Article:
The readings at Mass that the Catholic Church uses this week are from the Letter to the Hebrews, and Thursday’s (1/21/2021) reading invites some reflection on tabernacles. Lemme skip around a bit.
So what’s a tabernacle? It’s a tent, with a history – with special reference to the tent which housed the stone tablets of the Law given by God to Moses – the Ark of the Covenant. The tabernacle is a dwelling of sorts, where God dwells in some sort of way.
King David wanted to provide a better dwelling for the Lord. He lived in a palace, but the corner of the universe set aside by the king and his people for the Lord was still a tent. So he was ready and eager to do better. The prophet Nathan said okay; but then slept on it, and returned with a more careful answer. God says no: God will build a house for David instead. And then Nathan talked about the House of David: it’s not made of stone, but is rather a people, a kingdom.
Catholic churches have “tabernacles.” They aren’t tents; they are boxes sitting on the altar in the front of the church. Inside the tabernacle is the Blessed Sacrament, bread that the Lord broke and blessed and distributed to his disciples, saying, “This is my body.”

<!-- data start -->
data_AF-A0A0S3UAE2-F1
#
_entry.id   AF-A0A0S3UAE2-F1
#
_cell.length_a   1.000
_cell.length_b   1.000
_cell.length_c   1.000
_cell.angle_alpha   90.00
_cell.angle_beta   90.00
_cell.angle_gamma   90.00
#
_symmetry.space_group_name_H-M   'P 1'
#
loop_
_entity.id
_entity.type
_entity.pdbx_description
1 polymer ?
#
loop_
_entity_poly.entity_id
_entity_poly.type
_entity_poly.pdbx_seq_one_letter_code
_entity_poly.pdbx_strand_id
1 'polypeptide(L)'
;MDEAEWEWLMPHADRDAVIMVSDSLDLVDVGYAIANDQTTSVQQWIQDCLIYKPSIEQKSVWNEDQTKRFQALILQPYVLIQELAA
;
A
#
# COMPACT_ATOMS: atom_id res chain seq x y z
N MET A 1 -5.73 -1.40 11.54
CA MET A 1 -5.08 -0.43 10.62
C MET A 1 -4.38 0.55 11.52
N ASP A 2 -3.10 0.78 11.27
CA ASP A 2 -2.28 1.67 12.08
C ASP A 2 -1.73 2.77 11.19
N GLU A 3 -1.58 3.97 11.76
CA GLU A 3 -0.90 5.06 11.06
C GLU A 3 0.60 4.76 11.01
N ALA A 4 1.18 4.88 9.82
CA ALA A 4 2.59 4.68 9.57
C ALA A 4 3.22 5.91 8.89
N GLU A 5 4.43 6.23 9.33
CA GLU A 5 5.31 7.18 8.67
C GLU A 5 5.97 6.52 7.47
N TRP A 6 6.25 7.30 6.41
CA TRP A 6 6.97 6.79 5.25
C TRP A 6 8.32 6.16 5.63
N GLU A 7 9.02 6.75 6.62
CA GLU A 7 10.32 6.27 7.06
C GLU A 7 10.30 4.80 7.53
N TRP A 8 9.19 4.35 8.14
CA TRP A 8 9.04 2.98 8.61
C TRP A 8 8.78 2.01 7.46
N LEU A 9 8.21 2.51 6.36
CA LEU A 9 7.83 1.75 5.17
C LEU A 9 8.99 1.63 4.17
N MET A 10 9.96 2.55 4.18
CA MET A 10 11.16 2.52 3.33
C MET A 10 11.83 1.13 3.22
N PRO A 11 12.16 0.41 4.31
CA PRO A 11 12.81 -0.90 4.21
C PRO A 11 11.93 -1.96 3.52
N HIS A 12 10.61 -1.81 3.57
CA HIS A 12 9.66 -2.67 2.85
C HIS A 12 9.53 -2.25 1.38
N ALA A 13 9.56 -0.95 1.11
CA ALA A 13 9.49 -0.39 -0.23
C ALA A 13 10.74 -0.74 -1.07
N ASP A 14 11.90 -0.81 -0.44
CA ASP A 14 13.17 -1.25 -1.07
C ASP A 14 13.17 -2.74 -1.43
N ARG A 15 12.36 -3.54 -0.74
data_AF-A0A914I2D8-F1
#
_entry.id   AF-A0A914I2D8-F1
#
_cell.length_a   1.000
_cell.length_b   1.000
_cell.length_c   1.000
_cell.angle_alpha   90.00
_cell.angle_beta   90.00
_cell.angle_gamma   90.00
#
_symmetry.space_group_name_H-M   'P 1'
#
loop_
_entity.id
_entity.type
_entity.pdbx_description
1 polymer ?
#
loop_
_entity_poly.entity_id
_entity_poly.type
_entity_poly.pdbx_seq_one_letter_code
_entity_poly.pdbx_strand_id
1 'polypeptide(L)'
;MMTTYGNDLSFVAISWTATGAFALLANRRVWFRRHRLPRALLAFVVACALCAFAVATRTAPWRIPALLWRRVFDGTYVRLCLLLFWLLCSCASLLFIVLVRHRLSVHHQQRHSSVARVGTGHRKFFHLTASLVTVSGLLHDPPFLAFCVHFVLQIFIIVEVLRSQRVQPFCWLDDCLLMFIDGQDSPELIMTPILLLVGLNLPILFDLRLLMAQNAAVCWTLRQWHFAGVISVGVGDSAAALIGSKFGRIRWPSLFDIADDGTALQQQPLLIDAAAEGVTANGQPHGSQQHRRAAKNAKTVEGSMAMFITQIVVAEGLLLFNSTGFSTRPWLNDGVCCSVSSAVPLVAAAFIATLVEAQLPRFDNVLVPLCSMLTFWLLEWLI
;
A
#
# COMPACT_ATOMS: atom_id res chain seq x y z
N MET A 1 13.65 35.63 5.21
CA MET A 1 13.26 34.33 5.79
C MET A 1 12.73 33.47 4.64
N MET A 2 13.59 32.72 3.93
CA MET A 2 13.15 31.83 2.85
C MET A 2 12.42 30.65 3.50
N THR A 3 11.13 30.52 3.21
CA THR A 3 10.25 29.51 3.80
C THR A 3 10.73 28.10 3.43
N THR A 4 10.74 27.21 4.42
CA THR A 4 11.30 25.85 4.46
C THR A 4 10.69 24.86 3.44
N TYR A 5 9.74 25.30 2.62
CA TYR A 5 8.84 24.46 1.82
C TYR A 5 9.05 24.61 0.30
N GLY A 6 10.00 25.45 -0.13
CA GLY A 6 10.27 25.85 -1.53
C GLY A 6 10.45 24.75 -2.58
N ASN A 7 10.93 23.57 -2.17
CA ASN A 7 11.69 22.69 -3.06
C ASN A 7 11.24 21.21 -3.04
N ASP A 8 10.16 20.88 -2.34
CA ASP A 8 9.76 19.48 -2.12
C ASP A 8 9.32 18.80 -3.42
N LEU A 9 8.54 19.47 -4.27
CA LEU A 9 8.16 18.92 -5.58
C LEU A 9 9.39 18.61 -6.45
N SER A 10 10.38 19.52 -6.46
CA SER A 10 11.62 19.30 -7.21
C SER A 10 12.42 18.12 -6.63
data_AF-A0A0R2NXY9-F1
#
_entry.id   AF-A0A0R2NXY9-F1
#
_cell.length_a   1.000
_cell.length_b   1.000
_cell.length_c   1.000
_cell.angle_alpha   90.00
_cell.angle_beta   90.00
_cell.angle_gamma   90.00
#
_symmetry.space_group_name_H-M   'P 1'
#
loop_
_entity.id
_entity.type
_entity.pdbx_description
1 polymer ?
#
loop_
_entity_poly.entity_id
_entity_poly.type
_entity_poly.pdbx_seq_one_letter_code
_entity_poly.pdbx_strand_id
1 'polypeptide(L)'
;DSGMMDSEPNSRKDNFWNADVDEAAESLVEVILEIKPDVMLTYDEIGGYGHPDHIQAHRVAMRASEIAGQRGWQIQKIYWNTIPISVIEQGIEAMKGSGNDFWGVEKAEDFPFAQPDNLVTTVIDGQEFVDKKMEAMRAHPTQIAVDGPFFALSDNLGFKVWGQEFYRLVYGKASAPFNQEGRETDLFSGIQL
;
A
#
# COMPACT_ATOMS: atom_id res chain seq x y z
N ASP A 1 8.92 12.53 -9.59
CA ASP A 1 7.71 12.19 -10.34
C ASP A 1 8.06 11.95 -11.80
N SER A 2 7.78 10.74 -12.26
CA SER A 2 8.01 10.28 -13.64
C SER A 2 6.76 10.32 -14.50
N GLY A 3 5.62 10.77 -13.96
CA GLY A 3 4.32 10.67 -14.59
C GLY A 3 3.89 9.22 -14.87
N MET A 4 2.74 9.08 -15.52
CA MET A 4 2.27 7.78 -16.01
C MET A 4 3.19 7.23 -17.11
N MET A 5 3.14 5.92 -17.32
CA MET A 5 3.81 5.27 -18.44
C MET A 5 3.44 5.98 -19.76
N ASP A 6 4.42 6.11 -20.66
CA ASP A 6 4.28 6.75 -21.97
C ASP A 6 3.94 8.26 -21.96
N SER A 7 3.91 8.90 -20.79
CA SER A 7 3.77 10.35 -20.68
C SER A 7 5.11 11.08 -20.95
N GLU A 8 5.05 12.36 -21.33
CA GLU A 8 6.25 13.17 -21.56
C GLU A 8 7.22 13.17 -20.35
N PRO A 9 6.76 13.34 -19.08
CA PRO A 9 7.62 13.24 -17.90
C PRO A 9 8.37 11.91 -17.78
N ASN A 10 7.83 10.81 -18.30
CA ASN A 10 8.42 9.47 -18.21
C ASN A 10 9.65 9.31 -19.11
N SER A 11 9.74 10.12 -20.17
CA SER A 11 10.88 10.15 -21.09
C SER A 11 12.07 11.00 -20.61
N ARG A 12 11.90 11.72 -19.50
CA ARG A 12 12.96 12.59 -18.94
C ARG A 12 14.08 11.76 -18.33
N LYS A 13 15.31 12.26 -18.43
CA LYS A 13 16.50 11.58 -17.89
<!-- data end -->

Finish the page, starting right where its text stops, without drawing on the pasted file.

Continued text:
I’m a Catholic, and I accept the Church’s teaching about transubstantiation. But I am deeply uncomfortable with teaching that starts weird and then goes nowhere. I’m happy to start weird as long as we go somewhere. And let me explain where I think the Lord’s words go: it’s more than a gold box. We understand that tabernacle when we see it radiate.
There wasn’t a tabernacle on the table at the Last Supper. There is no story about the fragments left over after the meal that night. They ate the bread; they consumed the flesh of the sacrifice. Did they do it right? Or was that just a primitive beginning, a Model T? What did the Lord do?